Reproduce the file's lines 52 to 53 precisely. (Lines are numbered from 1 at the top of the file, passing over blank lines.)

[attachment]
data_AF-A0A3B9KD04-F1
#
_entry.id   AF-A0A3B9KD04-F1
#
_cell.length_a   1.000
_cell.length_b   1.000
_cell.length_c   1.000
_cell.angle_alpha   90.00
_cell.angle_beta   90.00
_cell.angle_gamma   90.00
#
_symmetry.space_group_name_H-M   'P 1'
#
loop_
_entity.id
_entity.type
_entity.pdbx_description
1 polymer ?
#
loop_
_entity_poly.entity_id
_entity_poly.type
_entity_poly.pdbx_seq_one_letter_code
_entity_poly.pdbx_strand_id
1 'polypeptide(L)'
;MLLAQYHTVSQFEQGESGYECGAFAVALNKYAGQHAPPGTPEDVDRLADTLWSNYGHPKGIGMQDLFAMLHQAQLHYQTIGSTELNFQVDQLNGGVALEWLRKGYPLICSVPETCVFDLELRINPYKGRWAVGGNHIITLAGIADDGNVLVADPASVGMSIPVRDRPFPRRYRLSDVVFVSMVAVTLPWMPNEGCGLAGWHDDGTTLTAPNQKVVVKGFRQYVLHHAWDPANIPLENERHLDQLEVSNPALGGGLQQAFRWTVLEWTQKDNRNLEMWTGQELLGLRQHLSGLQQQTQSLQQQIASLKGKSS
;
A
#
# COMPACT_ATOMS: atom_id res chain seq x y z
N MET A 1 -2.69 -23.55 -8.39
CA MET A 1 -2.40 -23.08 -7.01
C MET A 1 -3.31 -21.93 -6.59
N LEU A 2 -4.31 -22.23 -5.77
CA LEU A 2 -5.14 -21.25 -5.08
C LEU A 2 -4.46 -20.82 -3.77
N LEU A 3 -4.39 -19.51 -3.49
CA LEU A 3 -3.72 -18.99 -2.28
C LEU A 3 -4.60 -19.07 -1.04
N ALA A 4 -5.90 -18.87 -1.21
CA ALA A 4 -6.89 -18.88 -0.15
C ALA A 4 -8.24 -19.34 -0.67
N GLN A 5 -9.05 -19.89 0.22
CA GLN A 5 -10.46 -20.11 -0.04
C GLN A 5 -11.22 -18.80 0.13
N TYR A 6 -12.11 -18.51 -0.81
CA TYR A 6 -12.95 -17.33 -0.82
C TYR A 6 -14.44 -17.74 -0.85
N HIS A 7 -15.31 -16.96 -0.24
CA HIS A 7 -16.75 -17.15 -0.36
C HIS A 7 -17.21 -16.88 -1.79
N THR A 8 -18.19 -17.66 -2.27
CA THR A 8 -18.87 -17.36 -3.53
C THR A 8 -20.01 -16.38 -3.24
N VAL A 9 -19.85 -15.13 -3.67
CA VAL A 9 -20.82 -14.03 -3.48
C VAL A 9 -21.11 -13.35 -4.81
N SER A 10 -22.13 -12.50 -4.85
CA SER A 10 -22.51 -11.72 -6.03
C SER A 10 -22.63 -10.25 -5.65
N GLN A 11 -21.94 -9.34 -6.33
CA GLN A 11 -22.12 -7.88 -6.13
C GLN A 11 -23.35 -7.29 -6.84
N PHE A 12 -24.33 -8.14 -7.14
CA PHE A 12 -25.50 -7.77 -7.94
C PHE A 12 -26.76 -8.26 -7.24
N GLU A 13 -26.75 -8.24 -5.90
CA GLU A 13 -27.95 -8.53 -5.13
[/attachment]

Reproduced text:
N THR A 8 -18.19 -17.66 -2.27
CA THR A 8 -18.87 -17.36 -3.53